South Africa and the IRA… August 29, 2011Posted by WorldbyStorm in Irish Politics, Sinn Féin, The Left.
It’s interesting in view of the recent discussions on this site as regards the 1960s and the relationship between Communists in Ireland and Republicanism to contemplate the information that Kadar Asmal’s memoirs recount cooperation between a member of the Communist Party of Ireland and the IRA in the early 1980s in order to assist in an Umkhonto we Sizwe [MK or the armed wing of the ANC] attack on the apartheid regime in South Africa
Such an attack seems to me to have been entirely justified at that point in time and most, I suspect, would find it difficult to find fault with the IRA for assisting in it. And following on from that there are a number of aspects of this anecdote that bear further consideration.
Firstly that MK thought the IRA was a good fit for assistance, rather than any other non South African organization [given the anti-ANC rhetoric of it as hardly better than a Soviet front from right wing circles perhaps it is indicative that Irish people were called upon].
Secondly that – if Asmal’s account is correct – there was such a significant degree of trust between those named in it that such contacts were feasible. Again, considering the utter hostility towards communists, at least on a rhetorical level, within certain sections of the Republican Movement pre and post split that hardly a decade later a communist could purportedly go to the IRA for assistance is hugely revealing.
Thirdly that the IRA itself would permit members to operate in such a fashion on behalf of another movement in another state.
And of course those are only the most obvious ones that spring to mind.
Of course one doesn’t want to make too much of this in those respects. This may be incorrect in whole or part. Moreover ideologically given the direction adopted under the more Northern based leadership of the Republican Movement in the late 1970s such actions would have seemed vastly more legitimate and appropriate than in the previous decade – although the suggestion of contacts between a CP member and the IRA still seems quite remarkable given the previous history.
But it’s an area that is often underexplored, the influence of communists [and clearly there must have been some influence on a personal level at least to be able to persuade the IRA to carry out acts on behalf of a non-Irish political formation of the left] of various stripes on Sinn Féin and more broadly in the 1970s and 1980s, most obviously in the influx of former Peoples’ Democracy members in the latter decade whose political outlook was one that was increasingly dubious about militarism as an approach – with all the implications that their arrival with that mindset had for the subsequent course of the conflict.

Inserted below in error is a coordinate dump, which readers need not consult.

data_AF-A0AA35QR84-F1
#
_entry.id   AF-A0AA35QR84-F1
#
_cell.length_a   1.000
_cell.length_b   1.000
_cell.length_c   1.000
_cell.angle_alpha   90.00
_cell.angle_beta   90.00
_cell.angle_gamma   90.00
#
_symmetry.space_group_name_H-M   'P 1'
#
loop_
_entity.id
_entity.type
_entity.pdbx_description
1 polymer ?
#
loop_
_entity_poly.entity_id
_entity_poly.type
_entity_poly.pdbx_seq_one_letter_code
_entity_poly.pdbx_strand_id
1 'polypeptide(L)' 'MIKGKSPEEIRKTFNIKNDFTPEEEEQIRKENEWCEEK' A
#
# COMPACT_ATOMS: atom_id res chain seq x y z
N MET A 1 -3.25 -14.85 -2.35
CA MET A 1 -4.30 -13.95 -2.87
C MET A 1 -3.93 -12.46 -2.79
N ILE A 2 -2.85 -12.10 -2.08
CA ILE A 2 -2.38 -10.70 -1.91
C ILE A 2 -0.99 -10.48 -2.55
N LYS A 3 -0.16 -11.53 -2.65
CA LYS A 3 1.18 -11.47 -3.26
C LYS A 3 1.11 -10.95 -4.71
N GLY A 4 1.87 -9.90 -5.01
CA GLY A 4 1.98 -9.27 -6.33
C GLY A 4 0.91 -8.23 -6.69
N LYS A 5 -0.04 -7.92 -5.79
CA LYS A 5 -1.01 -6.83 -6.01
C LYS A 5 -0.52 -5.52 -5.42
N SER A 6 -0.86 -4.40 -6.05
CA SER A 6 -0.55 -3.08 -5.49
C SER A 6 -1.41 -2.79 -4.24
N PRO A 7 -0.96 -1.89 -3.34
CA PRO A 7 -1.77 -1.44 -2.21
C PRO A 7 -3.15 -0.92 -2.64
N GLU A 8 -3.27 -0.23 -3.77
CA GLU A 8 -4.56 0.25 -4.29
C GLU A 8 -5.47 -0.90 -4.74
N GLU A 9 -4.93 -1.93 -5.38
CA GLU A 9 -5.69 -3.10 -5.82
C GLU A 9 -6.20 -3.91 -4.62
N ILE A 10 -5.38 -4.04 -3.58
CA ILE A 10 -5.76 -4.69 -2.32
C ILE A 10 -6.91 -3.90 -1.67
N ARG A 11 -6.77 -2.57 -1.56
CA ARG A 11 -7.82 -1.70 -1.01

This isn’t in any sense to criticize any of those players mentioned above. Quite the opposite, if one can think of a clearly legitimate contemporary struggle it was that against apartheid and it is to the credit of all involved in this latest revelation that Irish people and the IRA played a small part in its overthrow. Furthermore I tend to believe that it was precisely by the establishment of and through such links that the conflict came to a conclusion to be replaced by exclusively political means.
Nor by pointing to these linkages and interfaces is the intention to throw out the ‘red scare’ stuff which unfortunately characterizes so much of these discussions. One can rightly have criticisms of communism as historically as applied in various examples across the globe while recognizing the sincerity and courage of communists [as indeed one can do with Republicans of all stripes] and communist formations in this state and other states – who worked long and hard on behalf of their class – all the while simultaneously noting that the working class in this society as others has always had the capacity to recognize the oppressions under which it labours.
Indeed as was put to me the other day by a good friend, there’s a danger of slipping into a patronizing discourse that centers on the idea that only the influence of a small number of individuals from outside Republicanism on Republican formations could shift Republicans leftward when in generation after generation the evidence is that once the limits and constraints of militarism are demonstrated then the class nature of the society comes sharply into focus and Republicans seeing this seek themselves to expand the range of their contacts and bring others into the struggle.
But given the coincidence of interests across many metrics, with reference to antagonism to partition, or a shared sense of the failure of capitalism and the manifestations of the state on this island as well as a natural identification with the men and women of no property, small wonder that Republicans and communists and others on the left would find a fair bit of common ground, even while admitting differences. And small wonder too that in terms of the dynamic aspect of Republicanism in the latter quarter of the last century across a range of formations that elements on the left would be attracted to it either in alliance or by joining.
It will also be fascinating to see if more anecdotes like this emerge of a pattern of previously unheard of but actual IRA involvement in various liberation struggles around the world during that period.